Postdate: 23 November 2016
Different techniques have been developed to manipulate and control emotions in a positive way. One of the most well-known techniques is cognitive behavioural therapy (CBT). The first to develop this therapy were Aaron Beck and Albert Ellis. It is important to know what cognitive therapy and behavioural therapy mean, as these two terms arose independently from each other.
Cognition is about the effect of thinking on the emotional and practical life. The sensory stimuli from your environment are combined with insight and knowledge. In the field of cognitive psychology, behaviour is explained by looking at environmental stimuli on the one hand, and at the person's reaction on the other hand. The principle is that the perceptions are translated into thoughts, which are then coloured by prior experiences. When you, for example, look at important events in your life from a negative perspective, then this will impact on your emotional life: you will get anxious, angry, or irritated more quickly. This, in turn, will have a negative effect on your behaviour. Another well-known example is the 'the glass is half full or half empty'. These kinds of thoughts affect your behaviour and even your state of mind.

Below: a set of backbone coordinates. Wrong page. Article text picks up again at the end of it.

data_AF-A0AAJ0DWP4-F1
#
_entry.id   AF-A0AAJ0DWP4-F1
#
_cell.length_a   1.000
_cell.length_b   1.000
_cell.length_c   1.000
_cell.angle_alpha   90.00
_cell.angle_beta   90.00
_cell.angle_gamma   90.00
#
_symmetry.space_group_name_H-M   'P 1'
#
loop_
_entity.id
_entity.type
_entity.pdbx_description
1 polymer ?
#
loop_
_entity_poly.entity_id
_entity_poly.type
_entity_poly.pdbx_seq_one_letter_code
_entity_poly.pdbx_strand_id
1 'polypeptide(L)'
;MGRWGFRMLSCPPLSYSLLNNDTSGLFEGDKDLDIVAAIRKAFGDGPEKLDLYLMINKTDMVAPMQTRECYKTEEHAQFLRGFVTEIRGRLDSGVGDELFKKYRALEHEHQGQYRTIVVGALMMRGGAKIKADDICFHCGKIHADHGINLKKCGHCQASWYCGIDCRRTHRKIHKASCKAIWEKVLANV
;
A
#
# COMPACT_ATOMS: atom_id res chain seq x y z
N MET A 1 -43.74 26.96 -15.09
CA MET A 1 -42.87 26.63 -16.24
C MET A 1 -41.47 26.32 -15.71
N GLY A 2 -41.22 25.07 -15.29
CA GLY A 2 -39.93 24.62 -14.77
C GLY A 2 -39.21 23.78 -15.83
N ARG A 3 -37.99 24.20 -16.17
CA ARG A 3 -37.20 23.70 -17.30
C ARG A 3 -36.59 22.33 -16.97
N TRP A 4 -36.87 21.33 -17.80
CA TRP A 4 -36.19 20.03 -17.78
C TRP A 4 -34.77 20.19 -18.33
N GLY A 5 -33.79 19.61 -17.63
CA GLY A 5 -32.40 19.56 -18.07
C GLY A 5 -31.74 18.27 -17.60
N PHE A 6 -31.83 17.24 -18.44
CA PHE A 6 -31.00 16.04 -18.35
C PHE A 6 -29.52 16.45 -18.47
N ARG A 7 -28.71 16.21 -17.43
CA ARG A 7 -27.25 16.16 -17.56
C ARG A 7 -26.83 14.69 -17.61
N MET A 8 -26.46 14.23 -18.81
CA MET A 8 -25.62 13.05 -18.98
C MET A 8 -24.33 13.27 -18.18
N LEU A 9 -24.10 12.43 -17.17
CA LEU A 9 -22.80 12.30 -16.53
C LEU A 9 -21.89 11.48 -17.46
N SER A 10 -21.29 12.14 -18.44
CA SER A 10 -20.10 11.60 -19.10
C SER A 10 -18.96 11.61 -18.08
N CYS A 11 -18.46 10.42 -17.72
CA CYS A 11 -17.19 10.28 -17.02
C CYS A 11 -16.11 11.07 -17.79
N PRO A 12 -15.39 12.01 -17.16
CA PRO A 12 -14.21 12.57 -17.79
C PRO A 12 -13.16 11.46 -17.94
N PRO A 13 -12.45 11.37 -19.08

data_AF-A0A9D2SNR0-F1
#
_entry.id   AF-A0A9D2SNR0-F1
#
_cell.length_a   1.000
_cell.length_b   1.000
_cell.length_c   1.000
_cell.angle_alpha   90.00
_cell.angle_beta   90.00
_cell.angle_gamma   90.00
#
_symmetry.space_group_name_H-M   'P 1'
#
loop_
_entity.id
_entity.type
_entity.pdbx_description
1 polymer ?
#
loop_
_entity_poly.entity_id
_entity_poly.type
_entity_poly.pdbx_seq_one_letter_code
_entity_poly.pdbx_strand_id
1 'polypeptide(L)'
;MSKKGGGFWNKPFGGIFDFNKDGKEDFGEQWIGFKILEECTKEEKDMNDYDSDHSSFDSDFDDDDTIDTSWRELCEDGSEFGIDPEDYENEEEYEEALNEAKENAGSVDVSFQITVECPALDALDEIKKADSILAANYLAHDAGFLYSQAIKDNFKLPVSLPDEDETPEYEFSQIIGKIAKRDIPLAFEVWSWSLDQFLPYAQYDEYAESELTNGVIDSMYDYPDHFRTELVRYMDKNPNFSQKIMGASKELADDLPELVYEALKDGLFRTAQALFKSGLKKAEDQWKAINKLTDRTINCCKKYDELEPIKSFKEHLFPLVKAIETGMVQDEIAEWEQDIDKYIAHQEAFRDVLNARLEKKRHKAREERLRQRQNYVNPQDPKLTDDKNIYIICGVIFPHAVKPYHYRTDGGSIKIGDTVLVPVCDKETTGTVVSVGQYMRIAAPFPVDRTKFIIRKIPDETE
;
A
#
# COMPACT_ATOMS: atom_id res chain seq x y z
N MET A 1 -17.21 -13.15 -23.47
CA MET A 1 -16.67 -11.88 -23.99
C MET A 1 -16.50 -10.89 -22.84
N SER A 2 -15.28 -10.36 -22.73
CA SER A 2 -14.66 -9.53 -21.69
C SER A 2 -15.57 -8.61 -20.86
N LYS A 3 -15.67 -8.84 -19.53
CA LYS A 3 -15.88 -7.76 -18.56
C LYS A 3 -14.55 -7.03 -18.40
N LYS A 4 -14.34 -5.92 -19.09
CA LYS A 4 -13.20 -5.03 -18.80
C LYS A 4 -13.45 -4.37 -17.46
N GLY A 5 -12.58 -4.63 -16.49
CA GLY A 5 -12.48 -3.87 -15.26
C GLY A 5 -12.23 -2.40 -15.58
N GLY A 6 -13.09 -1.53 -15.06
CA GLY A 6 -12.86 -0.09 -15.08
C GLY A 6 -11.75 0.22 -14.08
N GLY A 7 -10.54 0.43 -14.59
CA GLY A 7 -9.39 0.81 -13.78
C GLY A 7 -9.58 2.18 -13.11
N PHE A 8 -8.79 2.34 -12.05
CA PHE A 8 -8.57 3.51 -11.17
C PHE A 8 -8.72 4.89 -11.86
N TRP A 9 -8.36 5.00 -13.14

With behavioural therapy, a person's behaviour is at the core: how you act determines for a large part how you feel. By putting negative emotions away or by avoiding them, you make them even stronger. When you have not learned how to control yourself, for example, you will sooner be the victim of your own impulsiveness. The trick is to emphasise good habits and to get rid of bad ones. Some of the pillars of mental strength are the acceptance of changes, a continuous self-improvement, and learning from your mistakes. A cognitive ability can thus affect the way of thinking of interpretation as well as the way we act or let go. Sometimes, the focus lies on thinking, sometimes more on acting or letting go. This can help you to get more out of yourself, as it is good to know by which thoughts you are hampered and where they come from.
'We first make our habits, and then our habits make us'